Does the following include statement present a security risk?
- what would be a safer approach?
Yes. For starters, you should never be using GET variables directly without some kind of validation, ever.
In addition, you shouldn't allow arbitrary specification of a path to include.
Instead, you should either restrict includes to paths within a certain directly (and check that the specified path refers to a file in that directory) if you absolutely require that much dynamic-ness, or you should instead pass tokens that refer to things you'd want to include (and then do something like a lookup into an associative array to see what file a given token refers to).
An example of the latter would be something like this:
(In this case, the fact that only specified keys are allowed acts as both validation and restriction on what may be included.)
It is risk because in
It should be done like:
Good thing also is to check if file exists.
You're essentially giving them the ability to execute ANY piece of PHP that exists on your system. That's a pretty big unknown.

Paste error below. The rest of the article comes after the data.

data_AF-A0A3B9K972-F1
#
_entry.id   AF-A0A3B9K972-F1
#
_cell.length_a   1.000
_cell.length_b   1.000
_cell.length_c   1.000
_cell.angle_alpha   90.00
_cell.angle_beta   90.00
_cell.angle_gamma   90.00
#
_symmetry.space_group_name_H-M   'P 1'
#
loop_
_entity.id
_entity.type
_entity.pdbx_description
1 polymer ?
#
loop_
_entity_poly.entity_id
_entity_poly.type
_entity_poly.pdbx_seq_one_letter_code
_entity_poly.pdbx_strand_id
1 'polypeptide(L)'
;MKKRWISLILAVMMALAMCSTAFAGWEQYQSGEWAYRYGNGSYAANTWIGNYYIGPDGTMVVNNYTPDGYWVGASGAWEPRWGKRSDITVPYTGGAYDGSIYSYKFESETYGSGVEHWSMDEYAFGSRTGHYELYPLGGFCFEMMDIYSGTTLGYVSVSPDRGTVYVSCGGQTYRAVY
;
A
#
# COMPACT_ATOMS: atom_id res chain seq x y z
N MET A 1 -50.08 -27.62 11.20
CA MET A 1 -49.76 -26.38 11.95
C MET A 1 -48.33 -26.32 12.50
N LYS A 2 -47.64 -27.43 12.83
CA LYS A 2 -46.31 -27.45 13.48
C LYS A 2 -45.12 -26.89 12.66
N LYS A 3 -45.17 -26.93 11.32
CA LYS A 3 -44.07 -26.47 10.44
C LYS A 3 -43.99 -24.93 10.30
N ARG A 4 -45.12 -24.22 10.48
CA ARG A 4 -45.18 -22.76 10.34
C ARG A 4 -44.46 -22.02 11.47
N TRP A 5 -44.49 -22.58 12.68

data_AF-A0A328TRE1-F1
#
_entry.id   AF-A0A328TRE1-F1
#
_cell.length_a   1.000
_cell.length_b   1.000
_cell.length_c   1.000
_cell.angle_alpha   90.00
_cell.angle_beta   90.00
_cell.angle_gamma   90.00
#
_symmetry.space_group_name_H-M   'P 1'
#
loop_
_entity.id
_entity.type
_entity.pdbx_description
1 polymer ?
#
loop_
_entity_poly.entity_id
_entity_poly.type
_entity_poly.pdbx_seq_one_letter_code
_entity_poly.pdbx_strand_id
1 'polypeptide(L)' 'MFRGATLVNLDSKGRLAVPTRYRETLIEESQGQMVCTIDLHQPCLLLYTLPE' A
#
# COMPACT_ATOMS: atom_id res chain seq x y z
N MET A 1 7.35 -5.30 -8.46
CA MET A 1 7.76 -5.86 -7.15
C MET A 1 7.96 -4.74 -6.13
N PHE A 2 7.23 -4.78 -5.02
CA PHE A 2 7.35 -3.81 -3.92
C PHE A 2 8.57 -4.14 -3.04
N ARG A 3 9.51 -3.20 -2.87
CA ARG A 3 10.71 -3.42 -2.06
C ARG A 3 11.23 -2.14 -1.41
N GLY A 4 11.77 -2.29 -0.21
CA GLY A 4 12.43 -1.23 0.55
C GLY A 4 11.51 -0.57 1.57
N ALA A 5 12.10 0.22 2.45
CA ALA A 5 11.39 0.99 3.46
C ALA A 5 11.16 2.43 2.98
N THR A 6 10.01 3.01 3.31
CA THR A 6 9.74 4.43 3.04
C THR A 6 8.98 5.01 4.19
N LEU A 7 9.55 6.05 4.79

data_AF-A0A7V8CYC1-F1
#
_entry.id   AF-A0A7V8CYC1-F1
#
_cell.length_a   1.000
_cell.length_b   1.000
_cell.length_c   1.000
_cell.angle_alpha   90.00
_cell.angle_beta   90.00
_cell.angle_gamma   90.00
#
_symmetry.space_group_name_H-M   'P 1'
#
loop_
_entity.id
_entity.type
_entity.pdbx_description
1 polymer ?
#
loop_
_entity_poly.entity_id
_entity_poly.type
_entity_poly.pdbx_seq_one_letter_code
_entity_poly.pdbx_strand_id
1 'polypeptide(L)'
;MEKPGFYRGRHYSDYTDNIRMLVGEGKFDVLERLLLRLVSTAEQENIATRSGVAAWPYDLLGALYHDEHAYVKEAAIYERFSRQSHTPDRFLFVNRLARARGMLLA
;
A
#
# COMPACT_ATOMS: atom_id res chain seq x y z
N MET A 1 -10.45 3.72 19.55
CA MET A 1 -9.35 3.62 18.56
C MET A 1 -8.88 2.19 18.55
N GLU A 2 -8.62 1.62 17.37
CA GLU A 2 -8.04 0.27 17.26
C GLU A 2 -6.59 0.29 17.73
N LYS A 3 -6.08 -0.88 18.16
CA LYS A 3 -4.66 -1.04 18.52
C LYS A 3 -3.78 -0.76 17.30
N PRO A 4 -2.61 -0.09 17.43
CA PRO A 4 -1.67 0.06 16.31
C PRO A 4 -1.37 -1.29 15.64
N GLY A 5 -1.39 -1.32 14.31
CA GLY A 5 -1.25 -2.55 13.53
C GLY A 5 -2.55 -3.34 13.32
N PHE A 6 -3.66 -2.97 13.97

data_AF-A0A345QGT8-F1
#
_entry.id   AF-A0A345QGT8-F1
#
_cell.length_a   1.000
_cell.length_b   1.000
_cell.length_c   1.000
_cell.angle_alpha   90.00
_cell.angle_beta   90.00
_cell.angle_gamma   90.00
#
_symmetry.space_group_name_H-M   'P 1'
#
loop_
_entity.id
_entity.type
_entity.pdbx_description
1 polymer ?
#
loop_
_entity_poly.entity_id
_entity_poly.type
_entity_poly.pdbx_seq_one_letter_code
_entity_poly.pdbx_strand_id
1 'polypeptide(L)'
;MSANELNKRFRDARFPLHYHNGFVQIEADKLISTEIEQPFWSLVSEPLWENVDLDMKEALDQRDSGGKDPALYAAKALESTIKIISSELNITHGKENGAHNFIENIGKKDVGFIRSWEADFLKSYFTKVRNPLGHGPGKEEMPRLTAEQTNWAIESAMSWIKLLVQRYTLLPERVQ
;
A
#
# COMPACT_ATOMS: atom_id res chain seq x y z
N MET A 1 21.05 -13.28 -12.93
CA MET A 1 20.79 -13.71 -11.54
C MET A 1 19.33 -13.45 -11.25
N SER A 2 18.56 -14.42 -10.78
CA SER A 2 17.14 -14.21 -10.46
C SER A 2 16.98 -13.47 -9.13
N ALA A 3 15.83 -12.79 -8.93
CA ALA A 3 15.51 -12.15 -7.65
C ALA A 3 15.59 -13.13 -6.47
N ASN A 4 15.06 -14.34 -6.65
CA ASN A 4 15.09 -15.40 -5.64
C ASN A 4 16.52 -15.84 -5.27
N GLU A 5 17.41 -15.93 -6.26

Fundamentally this is risky because even if there is no "dangerous" code to point to now, there may be in the future.
As well as having a white list, you could do something like this
The fact that you've hard-coded a prefix prevents attacks like:
But because $_GET['page'] may include '..' then someone can force inclusion of any file with a php extension from your system. Are you confident that this will never result in a security compromise?
Using a whitelist as suggested by others is a lot safer, and also removes the requirement to prefix the path to avoid remote inclusion vulnerabilities.